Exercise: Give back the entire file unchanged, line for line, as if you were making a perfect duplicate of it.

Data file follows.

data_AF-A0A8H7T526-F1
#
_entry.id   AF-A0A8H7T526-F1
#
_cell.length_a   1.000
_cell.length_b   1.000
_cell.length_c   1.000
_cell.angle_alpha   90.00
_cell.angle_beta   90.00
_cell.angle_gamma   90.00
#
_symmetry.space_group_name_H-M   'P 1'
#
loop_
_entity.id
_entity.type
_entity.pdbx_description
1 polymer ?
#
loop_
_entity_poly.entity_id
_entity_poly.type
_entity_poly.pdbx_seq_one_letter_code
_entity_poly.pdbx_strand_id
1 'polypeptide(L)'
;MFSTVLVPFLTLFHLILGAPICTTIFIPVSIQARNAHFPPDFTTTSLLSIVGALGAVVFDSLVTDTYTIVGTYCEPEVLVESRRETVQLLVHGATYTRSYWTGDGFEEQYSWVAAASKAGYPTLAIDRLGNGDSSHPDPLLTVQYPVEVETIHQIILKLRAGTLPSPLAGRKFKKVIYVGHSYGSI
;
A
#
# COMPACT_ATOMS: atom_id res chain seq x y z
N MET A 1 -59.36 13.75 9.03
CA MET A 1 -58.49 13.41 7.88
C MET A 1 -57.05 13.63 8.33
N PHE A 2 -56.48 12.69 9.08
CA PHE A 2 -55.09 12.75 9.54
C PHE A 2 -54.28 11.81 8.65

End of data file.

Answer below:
data_AF-A0A8H7T526-F1
#
_entry.id   AF-A0A8H7T526-F1
#
_cell.length_a   1.000
_cell.length_b   1.000
_cell.length_c   1.000
_cell.angle_alpha   90.00
_cell.angle_beta   90.00
_cell.angle_gamma   90.00
#
_symmetry.space_group_name_H-M   'P 1'
#
loop_
_entity.id
_entity.type
_entity.pdbx_description
1 polymer ?
#
loop_
_entity_poly.entity_id
_entity_poly.type
_entity_poly.pdbx_seq_one_letter_code
_entity_poly.pdbx_strand_id
1 'polypeptide(L)'
;MFSTVLVPFLTLFHLILGAPICTTIFIPVSIQARNAHFPPDFTTTSLLSIVGALGAVVFDSLVTDTYTIVGTYCEPEVLVESRRETVQLLVHGATYTRSYWTGDGFEEQYSWVAAASKAGYPTLAIDRLGNGDSSHPDPLLTVQYPVEVETIHQIILKLRAGTLPSPLAGRKFKKVIYVGHSYGSI
;
A
#
# COMPACT_ATOMS: atom_id res chain seq x y z
N MET A 1 -59.36 13.75 9.03
CA MET A 1 -58.49 13.41 7.88
C MET A 1 -57.05 13.63 8.33
N PHE A 2 -56.48 12.69 9.08
CA PHE A 2 -55.09 12.75 9.54
C PHE A 2 -54.28 11.81 8.65